Young Buck: The dudes that come in with one hit wonders, f*** up the rap game because when you got an artist that only got one good record and the fan purchases the album because he is hyped off this one record you put out, that's the only record that's on there worth listening to. That's what I mean by f***ing up the rap game. Then the consumer resorts to going to the bootleg. They not sure if the artist is worth spending their 15 to 20 dollars on. I know that because I came in to the game being a fan first, so I have bought half these n****s shit on bootleg now. Now I'm going through it. Straight up and down. There are some people who get your bootleg and then go and buy your album if your sh** is good. That's true, I have done that before. I also read that 50 won't be backing any more of the G-Unit's projects. Is that true?

Young Buck: I don't find too much truth in that. I just find that 50 means that he is going to put a lot of things in our own hands, so we can step forward and put our careers in our own hands. We play a part in everything that all of us done. Individually, we our own men. I got my own thing established. I got Cashville Records, I just signed The Outlawz. Oh right, Tupac's people.

Young Buck: Yeah from the West Coast. I signed up this one cat named Lil Murda, Sosha and Hi-C and myself. I'm in one of the biggest bidding wars right now with these record labels. My thing is when 50 say sh** like that, he is only getting us prepared for us to establish ourselves individually. Not to say he is disassociating himself with any of our projects 'cause homeboy gonna always be there. We brothers from another mother. At the end of the day, sh** can be taken the wrong way. He like, "I did enough now, you n****s gotta establish yourself." I'm like, "Okay my n**** move out the way, I got this." (laughing) Right. He wants to make sure that you guys establish yourselves as businessmen too.

Young Buck: Yeah homeboy one of them real n****s. One of them real real n****s. He one of them n****s that came into the game when we didn't have sh**. When I say "we," I mean Lloyd Banks, Yayo and everybody. He explained to us from the beginning like once you make a name for yourself, you need to put commas behind your name. Meaning, I do this I do that, I do some of this. That's why you see the n**** making million dollar deals with the Vitaminwater and sh**. It's just always been about the hustle outside the music. So you find me right now, while I'm holding this conversation with you, talking to a locksmith changing my locks on my clothing store. I'm in my city. I got the labels, the clothing store. I got the biggest clothing store in Tennessee. I got a clothing line coming out called David Brown, Tennessee Clothing. I made it real affordable. So you can expect to see my sh** in Demo's. I got a restaurant, Cashville Chicken and Waffles. Are you serious?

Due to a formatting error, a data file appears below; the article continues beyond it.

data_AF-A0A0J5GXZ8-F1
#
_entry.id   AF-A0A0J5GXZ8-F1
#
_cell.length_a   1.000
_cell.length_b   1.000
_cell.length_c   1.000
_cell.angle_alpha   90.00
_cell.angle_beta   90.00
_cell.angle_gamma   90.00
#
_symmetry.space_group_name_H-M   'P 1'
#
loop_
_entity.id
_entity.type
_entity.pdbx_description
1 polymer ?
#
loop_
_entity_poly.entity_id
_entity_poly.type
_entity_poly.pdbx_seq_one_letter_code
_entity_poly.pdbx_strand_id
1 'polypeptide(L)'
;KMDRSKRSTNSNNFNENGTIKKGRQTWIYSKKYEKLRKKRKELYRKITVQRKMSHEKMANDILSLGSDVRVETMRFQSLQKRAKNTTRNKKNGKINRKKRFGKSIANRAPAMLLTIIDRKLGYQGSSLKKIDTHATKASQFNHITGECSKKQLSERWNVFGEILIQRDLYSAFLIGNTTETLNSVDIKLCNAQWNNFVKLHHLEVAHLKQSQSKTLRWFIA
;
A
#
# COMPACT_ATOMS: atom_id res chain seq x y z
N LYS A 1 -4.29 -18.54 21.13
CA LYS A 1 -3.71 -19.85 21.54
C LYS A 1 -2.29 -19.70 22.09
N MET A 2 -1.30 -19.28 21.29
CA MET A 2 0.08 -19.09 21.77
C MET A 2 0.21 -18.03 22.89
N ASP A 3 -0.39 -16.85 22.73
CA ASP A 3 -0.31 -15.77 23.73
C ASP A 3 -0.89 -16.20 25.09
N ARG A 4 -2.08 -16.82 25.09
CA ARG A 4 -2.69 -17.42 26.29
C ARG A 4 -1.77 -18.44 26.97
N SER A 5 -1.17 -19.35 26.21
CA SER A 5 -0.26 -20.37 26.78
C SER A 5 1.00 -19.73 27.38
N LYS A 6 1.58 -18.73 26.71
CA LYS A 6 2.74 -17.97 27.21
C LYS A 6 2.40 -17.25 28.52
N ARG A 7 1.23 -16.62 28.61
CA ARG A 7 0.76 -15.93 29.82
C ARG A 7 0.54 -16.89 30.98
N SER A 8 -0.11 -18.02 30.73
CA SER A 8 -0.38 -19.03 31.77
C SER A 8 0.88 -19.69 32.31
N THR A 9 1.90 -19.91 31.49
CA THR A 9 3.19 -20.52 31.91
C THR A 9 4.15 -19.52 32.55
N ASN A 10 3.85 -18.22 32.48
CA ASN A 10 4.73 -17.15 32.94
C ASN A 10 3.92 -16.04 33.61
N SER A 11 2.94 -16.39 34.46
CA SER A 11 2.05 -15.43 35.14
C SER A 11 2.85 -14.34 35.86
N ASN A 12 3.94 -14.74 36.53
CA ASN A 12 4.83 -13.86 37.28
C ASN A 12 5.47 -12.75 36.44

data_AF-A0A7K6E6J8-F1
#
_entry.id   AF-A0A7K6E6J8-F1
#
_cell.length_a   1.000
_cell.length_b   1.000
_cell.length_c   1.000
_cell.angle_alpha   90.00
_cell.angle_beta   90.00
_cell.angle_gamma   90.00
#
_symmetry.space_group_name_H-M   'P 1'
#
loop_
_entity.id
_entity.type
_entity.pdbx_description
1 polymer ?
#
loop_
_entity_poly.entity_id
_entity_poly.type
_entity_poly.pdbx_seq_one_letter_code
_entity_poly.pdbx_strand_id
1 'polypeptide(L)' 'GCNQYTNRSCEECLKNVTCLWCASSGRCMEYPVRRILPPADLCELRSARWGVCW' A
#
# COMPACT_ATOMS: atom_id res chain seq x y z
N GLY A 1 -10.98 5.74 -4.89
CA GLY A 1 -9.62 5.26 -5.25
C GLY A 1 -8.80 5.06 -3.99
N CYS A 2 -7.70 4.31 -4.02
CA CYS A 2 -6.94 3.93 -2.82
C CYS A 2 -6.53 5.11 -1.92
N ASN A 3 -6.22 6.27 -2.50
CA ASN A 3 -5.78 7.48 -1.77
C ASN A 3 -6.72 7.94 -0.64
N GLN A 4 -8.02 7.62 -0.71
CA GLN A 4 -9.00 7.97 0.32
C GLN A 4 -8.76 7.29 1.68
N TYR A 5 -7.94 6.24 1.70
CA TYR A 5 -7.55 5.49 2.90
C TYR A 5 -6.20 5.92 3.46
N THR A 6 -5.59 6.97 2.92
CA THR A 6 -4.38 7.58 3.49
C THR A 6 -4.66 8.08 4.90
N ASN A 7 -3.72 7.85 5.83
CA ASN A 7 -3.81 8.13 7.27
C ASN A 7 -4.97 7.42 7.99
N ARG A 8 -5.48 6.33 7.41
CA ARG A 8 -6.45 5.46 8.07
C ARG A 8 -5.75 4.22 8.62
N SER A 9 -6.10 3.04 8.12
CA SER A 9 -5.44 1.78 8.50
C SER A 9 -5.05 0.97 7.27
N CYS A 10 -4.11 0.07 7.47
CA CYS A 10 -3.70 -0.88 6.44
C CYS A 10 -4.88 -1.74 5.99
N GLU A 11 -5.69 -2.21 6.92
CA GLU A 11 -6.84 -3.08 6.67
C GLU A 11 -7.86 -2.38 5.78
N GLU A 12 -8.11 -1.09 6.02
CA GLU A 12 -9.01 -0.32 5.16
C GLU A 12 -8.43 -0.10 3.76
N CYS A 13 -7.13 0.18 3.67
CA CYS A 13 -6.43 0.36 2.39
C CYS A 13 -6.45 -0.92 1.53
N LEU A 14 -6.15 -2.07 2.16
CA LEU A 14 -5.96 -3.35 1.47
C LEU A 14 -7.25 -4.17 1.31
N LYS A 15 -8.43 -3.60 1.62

Young Buck: We open 24 hours straight up and down. I am not playing about the hustle, ma. I understand you want to spread yourself out financially, but why do a record label?

Young Buck: Music is my love. It provided me the opportunity to do all the things you see me doing now. I always hustled in the streets, but outside of that, the knowledge of the game is what I created. 50 wasn't the one who created my career; I was doing this as a mission. I'm 26 years old and I been doing this every since I was 15, 16 years old. It's a lot of artists that are good enough to be on my level or beyond my level. I want an icon company, like Def Jam. I know it can happen. My dreams are big ma, but I see that sh** happen. While we are on record labels, what's the difference between being on G-Unit as opposed to Cash Money?